We knew the statistics – two years ago, more than 3000 people were killed as a result of driving and texting while 431.000 were injured. What we didn’t know was the reason why texting is so dangerous, compared with mindless driving and daydreaming. Now, scientists have an explanation #automagic
It all comes down to a brain function that works perfectly when our thoughts are far away, but breaks down the moment we grab our phones and start sending messages. This function is triggered by the anterior cingulate cortex (ACC) and acts like a “sixth sense”, researchers from he University of Houston and the Texas A&M Transportation Institute recently discovered .
In their published paper at Scientific Advances, this ACC compensates for distractions and kicks in when we are absentminded. But texting is a different thing, since it breaks the eye-hand coordination ACC needs in order to properly work.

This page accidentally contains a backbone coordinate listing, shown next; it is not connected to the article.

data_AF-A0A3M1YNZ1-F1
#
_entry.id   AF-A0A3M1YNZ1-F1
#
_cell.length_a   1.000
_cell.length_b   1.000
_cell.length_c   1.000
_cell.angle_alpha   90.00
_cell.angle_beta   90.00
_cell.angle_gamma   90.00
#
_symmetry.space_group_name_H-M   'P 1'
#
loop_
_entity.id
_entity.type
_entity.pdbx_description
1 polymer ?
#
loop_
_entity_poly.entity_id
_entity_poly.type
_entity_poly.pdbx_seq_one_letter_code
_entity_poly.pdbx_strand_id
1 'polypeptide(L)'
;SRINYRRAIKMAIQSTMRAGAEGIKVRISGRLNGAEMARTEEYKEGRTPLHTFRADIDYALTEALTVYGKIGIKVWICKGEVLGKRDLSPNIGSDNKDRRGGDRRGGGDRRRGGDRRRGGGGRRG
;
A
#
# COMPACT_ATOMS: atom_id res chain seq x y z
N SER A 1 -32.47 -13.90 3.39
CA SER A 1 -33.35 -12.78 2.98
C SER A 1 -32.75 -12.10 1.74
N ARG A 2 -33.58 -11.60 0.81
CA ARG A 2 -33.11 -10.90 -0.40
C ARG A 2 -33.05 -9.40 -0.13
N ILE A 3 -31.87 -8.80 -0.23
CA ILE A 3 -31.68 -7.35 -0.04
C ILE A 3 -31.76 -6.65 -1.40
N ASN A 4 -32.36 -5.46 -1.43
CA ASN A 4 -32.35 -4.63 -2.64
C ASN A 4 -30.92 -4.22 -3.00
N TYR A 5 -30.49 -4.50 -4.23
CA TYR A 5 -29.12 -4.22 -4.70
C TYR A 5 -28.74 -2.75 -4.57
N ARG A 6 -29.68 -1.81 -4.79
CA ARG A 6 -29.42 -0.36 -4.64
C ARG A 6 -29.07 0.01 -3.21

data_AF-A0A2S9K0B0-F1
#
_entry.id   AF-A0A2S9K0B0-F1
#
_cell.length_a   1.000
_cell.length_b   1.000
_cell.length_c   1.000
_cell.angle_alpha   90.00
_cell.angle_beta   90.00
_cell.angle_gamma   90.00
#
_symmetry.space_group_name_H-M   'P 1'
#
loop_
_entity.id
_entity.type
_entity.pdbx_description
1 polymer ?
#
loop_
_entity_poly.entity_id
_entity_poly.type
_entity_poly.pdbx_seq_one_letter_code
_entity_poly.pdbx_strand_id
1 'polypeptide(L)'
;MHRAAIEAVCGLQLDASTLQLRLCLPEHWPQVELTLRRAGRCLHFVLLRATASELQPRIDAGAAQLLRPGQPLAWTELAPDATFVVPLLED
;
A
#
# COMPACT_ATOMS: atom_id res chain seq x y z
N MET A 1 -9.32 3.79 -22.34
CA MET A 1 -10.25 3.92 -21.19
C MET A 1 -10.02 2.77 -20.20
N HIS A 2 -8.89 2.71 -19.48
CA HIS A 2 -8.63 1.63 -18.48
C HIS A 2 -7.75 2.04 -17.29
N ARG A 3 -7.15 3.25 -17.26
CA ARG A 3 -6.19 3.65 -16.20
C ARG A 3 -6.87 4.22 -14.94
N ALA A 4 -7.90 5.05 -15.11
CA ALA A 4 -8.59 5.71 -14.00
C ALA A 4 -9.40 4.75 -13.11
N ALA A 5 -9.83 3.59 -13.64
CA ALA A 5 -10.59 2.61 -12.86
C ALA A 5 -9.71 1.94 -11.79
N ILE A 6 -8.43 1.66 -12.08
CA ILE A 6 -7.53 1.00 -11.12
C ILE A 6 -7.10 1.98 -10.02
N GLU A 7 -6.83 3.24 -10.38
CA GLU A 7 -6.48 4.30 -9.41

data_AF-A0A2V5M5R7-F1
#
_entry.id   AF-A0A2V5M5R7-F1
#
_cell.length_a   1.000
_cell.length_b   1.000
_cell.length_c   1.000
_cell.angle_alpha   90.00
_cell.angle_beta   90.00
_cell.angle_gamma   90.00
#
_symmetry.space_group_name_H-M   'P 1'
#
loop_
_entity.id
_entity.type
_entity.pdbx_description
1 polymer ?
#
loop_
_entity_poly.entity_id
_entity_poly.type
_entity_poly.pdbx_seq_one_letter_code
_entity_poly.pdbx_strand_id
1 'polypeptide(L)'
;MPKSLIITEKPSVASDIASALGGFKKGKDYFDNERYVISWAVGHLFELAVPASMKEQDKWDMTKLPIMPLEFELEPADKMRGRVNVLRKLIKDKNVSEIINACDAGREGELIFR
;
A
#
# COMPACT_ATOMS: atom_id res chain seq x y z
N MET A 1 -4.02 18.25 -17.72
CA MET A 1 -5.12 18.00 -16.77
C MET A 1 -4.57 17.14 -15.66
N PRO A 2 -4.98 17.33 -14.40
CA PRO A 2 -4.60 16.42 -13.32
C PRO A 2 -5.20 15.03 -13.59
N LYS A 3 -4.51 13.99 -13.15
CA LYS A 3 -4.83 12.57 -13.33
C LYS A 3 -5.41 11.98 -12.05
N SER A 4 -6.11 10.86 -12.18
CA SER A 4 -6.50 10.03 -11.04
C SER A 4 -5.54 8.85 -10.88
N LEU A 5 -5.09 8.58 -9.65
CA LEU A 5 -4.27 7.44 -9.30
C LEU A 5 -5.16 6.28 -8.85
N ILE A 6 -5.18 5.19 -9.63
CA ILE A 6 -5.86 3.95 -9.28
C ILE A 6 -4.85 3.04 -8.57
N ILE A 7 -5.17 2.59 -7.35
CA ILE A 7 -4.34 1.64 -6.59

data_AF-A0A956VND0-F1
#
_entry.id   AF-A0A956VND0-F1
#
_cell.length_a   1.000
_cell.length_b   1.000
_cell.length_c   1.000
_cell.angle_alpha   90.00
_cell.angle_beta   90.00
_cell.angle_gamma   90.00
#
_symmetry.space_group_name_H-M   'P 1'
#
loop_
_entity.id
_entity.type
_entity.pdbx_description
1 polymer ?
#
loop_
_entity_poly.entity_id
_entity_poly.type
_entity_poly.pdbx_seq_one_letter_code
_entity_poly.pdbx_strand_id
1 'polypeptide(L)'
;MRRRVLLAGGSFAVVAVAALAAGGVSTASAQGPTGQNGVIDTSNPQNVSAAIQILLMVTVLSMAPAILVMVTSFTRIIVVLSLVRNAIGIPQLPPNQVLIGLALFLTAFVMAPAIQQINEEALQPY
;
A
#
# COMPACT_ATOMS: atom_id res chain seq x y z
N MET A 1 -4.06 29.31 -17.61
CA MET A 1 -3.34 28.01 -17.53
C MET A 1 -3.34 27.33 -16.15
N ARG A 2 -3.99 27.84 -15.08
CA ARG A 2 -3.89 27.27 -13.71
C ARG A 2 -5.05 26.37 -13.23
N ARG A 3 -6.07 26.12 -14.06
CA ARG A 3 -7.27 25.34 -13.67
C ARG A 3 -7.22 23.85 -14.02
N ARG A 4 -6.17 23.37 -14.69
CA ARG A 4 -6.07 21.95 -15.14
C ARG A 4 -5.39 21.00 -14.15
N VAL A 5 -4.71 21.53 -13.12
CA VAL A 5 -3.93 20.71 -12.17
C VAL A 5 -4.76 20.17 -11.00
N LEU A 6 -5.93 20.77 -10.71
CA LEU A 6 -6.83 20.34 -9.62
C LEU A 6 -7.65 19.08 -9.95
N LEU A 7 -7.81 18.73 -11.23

“The driver’s mind can wander and his or her feelings may boil, but a sixth sense keeps a person safe at least in terms of veering off course,” Ioannis Pavlidis, one of the leading researchers, said. “What makes texting so dangerous is that it wreaks havoc into this sixth sense.”
The team reached these conclusions after testing the hypothesis on 59 participants. Each of them was put in a driving simulator and had to follow the same track four times, while scientists either asked challenging questions (some of logic and some that triggered emotions) or let them text away. In each case, the driver appeared distracted, resulting in a jittery behaviour at the wheel.
Although jittery, the lack of concentration or hightened emotional state led many times to a slightly straighter trajectory compared to normal driving. This means that, when asked difficult questions, drivers actually behaved better because ACC kicked in. But texting resulted in lane deviations and unsafe driving, suggesting that sixth sense stopped working.
So, texting implies a fatal disruption, taking our eyes from the road to the screen, and THAT is out of our brain’s control. Next time you’re driving, better think about your next vacation or grocery list than send a text to a friend.